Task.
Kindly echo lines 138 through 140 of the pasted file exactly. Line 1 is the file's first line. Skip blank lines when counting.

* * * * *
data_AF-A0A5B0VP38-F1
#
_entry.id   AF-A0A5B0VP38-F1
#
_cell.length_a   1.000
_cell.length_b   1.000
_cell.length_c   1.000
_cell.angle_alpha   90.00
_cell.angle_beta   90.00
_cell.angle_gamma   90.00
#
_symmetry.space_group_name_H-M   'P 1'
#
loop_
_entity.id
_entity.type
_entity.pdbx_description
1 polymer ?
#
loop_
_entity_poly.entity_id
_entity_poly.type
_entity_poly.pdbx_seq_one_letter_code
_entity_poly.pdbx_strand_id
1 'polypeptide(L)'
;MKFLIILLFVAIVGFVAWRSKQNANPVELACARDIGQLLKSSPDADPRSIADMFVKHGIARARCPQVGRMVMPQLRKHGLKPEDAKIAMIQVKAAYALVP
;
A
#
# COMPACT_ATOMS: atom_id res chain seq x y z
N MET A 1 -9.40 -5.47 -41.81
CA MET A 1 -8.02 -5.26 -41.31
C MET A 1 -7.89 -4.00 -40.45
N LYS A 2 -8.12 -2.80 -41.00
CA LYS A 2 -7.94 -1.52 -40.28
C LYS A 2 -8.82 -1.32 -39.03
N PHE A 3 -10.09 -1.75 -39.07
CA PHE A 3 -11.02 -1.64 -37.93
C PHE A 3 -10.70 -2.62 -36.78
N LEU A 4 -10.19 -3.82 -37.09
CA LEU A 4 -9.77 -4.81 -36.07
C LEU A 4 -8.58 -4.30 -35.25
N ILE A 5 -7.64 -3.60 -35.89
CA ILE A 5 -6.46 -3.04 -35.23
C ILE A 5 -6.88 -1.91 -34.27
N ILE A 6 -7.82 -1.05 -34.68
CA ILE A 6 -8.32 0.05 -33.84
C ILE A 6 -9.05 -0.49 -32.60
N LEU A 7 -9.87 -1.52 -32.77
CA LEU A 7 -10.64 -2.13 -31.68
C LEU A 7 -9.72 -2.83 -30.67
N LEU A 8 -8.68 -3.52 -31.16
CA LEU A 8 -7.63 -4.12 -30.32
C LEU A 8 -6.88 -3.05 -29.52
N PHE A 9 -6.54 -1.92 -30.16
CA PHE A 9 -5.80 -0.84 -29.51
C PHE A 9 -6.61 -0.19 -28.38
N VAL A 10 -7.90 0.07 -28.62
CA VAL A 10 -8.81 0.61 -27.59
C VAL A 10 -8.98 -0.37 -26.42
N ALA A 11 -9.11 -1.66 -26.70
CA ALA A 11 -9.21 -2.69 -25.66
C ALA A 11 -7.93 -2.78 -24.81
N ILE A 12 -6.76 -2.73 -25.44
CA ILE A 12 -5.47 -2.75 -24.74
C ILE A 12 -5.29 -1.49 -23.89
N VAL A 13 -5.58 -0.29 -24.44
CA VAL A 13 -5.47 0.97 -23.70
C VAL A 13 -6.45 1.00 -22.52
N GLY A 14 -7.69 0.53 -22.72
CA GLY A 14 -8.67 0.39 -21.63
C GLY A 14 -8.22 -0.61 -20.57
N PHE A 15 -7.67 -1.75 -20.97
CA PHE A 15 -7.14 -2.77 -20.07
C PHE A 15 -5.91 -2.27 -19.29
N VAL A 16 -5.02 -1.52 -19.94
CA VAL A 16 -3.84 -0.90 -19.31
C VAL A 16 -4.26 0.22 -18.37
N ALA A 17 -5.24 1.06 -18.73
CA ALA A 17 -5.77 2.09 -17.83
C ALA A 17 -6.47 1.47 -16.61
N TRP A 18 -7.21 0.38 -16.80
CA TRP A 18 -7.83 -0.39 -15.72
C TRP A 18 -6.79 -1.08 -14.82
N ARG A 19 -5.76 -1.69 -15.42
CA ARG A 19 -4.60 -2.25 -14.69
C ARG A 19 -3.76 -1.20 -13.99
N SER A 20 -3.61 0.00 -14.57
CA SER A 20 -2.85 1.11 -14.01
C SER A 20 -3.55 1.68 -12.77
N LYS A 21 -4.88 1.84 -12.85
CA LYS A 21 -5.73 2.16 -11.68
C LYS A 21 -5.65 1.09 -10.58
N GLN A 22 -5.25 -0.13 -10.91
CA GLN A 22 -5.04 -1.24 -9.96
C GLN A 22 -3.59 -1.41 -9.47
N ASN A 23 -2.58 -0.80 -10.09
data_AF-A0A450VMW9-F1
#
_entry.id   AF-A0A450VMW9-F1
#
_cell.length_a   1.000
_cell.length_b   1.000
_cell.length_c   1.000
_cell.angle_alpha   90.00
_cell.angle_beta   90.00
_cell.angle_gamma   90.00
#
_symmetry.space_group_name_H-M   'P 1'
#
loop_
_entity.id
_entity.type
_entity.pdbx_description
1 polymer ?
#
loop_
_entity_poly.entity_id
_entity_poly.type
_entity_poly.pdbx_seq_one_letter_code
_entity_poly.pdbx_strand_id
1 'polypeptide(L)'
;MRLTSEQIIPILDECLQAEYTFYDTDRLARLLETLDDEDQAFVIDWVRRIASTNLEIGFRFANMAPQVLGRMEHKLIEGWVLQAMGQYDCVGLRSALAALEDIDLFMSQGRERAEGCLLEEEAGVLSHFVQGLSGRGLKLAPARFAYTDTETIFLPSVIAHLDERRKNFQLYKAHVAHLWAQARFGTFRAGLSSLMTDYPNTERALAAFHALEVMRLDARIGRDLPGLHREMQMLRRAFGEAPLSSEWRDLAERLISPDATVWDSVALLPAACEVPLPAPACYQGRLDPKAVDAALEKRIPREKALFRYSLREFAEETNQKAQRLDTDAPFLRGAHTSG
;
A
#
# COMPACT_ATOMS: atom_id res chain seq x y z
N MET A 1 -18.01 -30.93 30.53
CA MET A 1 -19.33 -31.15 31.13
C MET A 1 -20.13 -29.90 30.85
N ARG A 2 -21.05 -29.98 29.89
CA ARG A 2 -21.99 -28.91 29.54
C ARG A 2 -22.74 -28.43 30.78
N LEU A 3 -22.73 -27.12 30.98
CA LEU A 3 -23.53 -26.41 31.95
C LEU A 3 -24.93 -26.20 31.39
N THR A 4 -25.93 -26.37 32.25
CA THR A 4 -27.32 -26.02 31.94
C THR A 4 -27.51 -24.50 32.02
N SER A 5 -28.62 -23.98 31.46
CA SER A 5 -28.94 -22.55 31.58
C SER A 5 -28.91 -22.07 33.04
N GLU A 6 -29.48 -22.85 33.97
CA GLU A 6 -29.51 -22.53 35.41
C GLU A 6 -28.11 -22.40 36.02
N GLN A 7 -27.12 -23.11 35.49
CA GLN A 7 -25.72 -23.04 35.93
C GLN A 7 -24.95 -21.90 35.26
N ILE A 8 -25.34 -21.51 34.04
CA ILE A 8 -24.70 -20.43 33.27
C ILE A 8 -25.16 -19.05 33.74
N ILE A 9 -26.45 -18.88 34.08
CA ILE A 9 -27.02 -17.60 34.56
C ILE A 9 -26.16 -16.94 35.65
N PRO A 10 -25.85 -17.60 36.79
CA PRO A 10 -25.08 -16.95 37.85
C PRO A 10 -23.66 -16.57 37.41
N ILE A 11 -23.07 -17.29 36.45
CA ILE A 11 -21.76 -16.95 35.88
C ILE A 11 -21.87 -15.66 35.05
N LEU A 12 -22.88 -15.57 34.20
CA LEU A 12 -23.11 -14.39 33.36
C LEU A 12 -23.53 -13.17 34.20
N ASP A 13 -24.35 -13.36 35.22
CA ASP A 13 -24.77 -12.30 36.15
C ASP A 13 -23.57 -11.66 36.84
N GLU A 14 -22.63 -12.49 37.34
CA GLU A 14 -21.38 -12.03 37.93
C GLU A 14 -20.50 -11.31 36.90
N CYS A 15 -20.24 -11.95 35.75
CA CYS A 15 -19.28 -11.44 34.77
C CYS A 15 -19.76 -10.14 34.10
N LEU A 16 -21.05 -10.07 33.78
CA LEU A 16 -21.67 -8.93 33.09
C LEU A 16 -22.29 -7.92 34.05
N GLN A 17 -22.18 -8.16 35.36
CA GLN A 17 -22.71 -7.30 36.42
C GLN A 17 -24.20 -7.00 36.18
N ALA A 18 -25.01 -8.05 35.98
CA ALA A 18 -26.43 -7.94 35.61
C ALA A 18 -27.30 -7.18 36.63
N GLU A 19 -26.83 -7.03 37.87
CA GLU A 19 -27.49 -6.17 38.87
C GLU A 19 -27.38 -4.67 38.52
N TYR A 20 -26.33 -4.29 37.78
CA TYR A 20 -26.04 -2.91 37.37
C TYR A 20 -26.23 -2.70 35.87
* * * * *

CA THR A 4 -27.32 -26.02 31.94
C THR A 4 -27.51 -24.50 32.02
N SER A 5 -28.62 -23.98 31.46